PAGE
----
Actress Rachel Weisz has thrown cold water on the idea of a woman stepping into the role of iconic British spy James Bond in future installments of the long-running film series, explaining in an interview that women deserve to have original stories and characters created specifically for them.

“[Ian Fleming] devoted an awful lot of time to writing this particular character, who is particularly male and relates in a particular way to women,“ the Oscar-winning actress and wife of current Bond actor Daniel Craig told The Telegraph.

“Why not create your own story rather than jumping on to the shoulders and being compared to all those other male predecessors? Women are really fascinating and interesting and should get their own stories,” she added.

Actors Daniel Craig (L) and Rachel Weisz attend the 7th Annual Governors Awards in Hollywood, California, on November 14, 2015. (VALERIE MACON/AFP/Getty Images)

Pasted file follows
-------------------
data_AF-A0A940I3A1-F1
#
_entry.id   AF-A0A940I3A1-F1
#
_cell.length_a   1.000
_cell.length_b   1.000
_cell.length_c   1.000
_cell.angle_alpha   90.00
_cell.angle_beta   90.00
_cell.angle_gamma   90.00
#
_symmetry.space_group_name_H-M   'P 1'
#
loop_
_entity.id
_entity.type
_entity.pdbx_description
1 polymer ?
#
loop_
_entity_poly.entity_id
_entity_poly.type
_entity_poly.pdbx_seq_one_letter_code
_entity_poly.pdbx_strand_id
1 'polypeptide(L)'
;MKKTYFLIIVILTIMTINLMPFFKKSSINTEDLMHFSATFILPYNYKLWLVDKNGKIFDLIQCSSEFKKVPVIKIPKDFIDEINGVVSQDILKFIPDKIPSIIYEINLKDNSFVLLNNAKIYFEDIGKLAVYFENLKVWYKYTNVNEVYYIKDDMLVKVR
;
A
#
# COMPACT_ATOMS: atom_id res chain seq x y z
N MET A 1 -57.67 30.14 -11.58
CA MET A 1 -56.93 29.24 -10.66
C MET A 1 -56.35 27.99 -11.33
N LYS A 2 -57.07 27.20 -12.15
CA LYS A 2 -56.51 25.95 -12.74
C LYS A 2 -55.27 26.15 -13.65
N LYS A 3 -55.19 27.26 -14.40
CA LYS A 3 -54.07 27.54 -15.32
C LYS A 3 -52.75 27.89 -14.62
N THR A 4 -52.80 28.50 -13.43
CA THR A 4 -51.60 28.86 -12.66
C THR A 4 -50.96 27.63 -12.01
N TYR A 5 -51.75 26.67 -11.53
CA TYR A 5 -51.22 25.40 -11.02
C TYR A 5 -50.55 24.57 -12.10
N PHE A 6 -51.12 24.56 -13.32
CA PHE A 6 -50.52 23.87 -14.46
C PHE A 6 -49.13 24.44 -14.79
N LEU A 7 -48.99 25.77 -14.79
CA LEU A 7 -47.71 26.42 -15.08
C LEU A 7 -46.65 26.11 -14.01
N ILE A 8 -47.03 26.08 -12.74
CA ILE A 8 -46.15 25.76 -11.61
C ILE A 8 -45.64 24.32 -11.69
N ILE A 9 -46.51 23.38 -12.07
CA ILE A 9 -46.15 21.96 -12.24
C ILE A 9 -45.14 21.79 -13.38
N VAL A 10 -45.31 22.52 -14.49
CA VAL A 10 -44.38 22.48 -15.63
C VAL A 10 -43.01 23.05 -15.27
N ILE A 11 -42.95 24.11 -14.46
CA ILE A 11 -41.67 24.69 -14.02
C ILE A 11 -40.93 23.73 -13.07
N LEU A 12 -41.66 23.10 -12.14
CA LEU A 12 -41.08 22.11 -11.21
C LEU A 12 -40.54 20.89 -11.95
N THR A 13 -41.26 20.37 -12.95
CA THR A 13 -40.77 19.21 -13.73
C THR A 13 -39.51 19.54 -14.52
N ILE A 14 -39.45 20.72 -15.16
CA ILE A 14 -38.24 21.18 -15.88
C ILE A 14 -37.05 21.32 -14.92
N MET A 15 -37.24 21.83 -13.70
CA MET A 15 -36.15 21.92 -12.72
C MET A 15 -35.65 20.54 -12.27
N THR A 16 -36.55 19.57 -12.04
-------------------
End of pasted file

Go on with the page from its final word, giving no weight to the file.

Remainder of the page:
Following his fourth performance as Bond in the 2015 film Spectre, speculation exploded across the Internet as to who might replace actor Daniel Craig in the as-yet-untitled 25th Bond film, currently set for release in 2019.

Early frontrunners for the role among social media users and Bond fans included actors Tom Hiddleston and Idris Elba, but plenty of chatter surrounded the idea that Bond should be played by a woman; as recently as January, Elba himself suggested the studio do “something different” with the role by casting a woman, and British Prime Minister Theresa May also previously floated the idea.

The Bond character has been portrayed by different actors across 24 official Eon Productions films, including Sean Connery, George Lazenby, Roger Moore, Timothy Dalton, Pierce Brosnan, and currently, Craig.

Craig confirmed in August that he would return to the role for a fifth and final time.

The plot for the upcoming Bond film has not yet been confirmed, though The Independent reports the film could be based on the 2001 Bond novel Never Dream of Dying, by Raymond Benson.

Read Weisz’s full interview with The Telegraph here.

 

Follow Daniel Nussbaum on Twitter: @dznussbaum





Source link